Category Archives: West Texas

TSTC in Sweetwater to Host Blood Drive

(SWEETWATER) – Texas State Technical College will host a Meek Blood Center blood drive from 10 a.m. to 4 p.m. Wednesday, Jan. 17, in front of the Student Center on the TSTC campus in Sweetwater.


Griselda Sanchez, community standards liaison at TSTC, said the students requested that the school host the drive.


“They wanted to donate and asked if I could make that arrangement,” she said.


Sanchez hopes to make the blood drive a recurring event on campus.


“We have had this in the past, but it was a few years back,” she said. “I want to make it a regular thing, and the Meek Blood Center is really excited to do that. I feel like TSTC should be known as a location that not only is here to educate our students in technologies, but also in serving opportunities.”


TSTC hopes the drive will help those in need of this lifesaving gift.


“Many have a personal tie to donating, so in lieu of naming this drive, I hope each student and employee who donates comes with their special person in mind,” Sanchez said.


Frances Baker, marketing and business development manager at Meek Blood Center, said donating blood is a powerful action.


“We don’t have a lot of opportunities in our lives to save someone else’s life, but blood donation is one way to do that,” Baker said. “You can save three lives with one donation. There’s a lot of power in the blood.”


Sanchez said everyone benefits from the drive.


“Those in need of blood benefit, and those who donate will feel like they have made a difference.”


Meek donations benefit patients over a large area.


“Meek Blood Center provides blood to 17 area hospitals, including Sweetwater’s Rolling Plains,” Baker said.

Donors will receive a T-shirt. For more information on the blood drive, call 325-235-7311.

TSTC Receives Equipment From Lincoln Electric

(ABILENE) – Texas State Technical College has received 10 welding machines from Lincoln Electric to jump-start the welding program at its new Abilene campus.

“This support gives our students access to the newest technology out there,” said TSTC Interim Provost Rick Denbow. “Our students have the advantage of becoming familiar with industry-standard equipment before they begin working.”

Lead TSTC welding instructor Gregory Nicholas said the equipment is highly advanced and will be utilized to its highest potential.

“This support from Lincoln provides our students with the most up-to-date multiprocess welders on the market,” Nicholas said. “It gives them every tool needed and available to become the welder that industry needs. These machines will help TSTC ensure that our students are proficient in all welding processes and can pursue a career in the industry.”

The Lincoln Electric equipment is from their Power Wave, Power Feed and FlexTec lines.

“Lincoln Electric is pleased to support and advance Texas State Technical College’s welding program,” said Jason Scales, Lincoln Electric’s business manager, education. “By expanding access to state-of-the art welding solutions, training and skills, TSTC graduates are better positioned to build successful, long-term careers in advanced manufacturing.”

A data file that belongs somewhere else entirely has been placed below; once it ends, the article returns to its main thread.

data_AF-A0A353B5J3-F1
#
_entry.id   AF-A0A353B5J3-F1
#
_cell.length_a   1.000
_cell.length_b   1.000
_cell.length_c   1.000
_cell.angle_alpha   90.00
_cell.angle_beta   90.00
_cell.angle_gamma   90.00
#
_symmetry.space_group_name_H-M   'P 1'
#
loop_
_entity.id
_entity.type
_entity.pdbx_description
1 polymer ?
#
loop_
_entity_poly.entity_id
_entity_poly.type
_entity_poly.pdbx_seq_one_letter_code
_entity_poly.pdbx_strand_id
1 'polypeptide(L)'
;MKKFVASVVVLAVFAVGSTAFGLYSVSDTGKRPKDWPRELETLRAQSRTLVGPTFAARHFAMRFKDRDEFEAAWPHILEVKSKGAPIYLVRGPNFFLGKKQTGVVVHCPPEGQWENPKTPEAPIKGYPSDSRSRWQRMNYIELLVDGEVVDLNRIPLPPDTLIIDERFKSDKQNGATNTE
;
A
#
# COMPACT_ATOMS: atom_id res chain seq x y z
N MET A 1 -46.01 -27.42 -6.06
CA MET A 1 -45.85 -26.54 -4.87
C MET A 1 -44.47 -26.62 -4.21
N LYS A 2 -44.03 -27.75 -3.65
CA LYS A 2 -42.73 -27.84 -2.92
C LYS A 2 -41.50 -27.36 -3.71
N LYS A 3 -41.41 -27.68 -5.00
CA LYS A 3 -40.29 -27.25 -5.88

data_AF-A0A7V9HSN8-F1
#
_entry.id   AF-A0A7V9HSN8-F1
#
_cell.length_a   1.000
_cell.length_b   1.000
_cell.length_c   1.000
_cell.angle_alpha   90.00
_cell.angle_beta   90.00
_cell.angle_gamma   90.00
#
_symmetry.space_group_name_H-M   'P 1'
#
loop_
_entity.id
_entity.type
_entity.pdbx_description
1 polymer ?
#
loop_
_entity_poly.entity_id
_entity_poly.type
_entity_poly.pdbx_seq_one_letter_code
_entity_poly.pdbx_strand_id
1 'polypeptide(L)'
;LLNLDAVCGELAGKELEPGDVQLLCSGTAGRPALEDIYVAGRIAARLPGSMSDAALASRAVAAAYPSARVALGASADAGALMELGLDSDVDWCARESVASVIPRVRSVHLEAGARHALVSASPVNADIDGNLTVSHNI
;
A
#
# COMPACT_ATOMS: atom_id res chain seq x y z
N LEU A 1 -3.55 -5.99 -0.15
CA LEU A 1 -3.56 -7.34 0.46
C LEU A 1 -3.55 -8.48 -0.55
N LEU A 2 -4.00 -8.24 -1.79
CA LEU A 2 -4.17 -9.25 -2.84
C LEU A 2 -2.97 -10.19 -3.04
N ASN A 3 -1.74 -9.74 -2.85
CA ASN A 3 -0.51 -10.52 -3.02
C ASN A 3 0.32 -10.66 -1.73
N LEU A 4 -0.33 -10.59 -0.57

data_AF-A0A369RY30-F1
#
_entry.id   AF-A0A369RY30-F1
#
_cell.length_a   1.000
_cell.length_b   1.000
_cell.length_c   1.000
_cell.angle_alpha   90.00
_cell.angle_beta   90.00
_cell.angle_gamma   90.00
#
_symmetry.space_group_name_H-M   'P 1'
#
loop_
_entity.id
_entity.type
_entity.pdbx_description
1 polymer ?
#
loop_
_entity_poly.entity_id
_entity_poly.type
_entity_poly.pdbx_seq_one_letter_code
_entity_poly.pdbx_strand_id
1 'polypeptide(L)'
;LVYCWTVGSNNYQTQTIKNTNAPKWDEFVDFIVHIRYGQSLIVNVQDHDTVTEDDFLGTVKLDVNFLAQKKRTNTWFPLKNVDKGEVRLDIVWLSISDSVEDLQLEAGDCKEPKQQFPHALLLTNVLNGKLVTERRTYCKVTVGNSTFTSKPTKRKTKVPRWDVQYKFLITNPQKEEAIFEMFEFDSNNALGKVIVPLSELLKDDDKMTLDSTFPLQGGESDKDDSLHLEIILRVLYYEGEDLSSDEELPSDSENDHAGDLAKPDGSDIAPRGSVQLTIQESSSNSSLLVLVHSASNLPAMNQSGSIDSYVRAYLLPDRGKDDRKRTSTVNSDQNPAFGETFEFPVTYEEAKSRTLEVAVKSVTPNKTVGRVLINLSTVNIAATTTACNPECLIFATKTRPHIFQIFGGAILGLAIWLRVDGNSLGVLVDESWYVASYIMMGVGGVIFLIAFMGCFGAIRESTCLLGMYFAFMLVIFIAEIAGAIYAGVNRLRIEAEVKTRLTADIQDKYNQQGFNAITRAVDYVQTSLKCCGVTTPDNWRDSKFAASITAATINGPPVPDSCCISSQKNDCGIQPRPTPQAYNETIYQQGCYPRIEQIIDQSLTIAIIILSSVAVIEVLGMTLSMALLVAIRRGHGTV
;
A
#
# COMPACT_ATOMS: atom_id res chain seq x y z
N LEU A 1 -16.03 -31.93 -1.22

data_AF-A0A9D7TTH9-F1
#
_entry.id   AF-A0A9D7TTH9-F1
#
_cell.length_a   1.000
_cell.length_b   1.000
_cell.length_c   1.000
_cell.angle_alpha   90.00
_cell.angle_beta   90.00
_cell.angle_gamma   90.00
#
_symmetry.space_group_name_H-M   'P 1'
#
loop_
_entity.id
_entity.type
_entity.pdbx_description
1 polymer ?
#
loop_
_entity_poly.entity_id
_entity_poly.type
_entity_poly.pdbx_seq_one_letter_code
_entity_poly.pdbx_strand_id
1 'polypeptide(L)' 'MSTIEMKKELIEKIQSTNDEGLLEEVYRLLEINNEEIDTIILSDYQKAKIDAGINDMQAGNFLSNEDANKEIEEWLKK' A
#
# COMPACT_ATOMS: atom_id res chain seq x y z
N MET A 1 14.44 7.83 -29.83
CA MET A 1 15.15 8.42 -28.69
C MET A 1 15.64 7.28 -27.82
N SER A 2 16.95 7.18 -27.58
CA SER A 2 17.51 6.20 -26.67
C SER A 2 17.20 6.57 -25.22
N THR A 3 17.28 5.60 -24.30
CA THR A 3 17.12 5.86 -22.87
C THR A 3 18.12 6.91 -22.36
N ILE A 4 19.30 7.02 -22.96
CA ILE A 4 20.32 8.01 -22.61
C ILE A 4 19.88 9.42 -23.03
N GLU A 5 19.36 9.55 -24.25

With the upcoming addition of the welding program at the Abilene campus, TSTC will offer welding at all 10 of its locations. Officials broke ground on Abilene’s new campus last April, and classes are set to begin there this fall. The new building, which is being constructed off Loop 322 next to Abilene Regional Airport, will also house Electrical Power & Controls and Industrial Maintenance Technology programs.

Lincoln Electric is the world leader in the design, development and manufacture of arc welding products, robotic arc welding systems, plasma and oxyfuel cutting equipment. Headquartered in Cleveland, Ohio, Lincoln has 63 manufacturing locations, including operations and joint ventures in 23 countries and a worldwide network of distributors and sales offices covering more than 160 countries.

For more information on TSTC, visit tstc.edu.

TSTC Culinary Arts Watches Calendar for Winter Vegetables

(WACO) – The winter months mean an abundance of broccoli, cabbage, cauliflower, kale and other vegetables for students to learn about in Texas State Technical College’s Culinary Arts programs.

Of Texas’ five growing zones, according to the Texas A&M AgriLife Extension Service, three include TSTC’s campuses. TSTC’s Culinary Arts program in Abilene is in a zone stretching from the Red River to the Rio Grande. The technical college’s Culinary Arts programs in Waco and Williamson County are in a zone extending from the Rio Grande to the Houston coast. And, TSTC’s Culinary Arts program in Harlingen is in a zone made up of the Rio Grande Valley.

TSTC students learn about the seasonality of vegetables in classes, said Aaron Guajardo, an instructor in the Culinary Arts program in Waco. He said paying attention to when vegetables are at their height of availability can mean more quantity and lower food and shipping costs.

“The flavors are going to be better because the conditions will be more favorable for them to grow,” Guajardo said.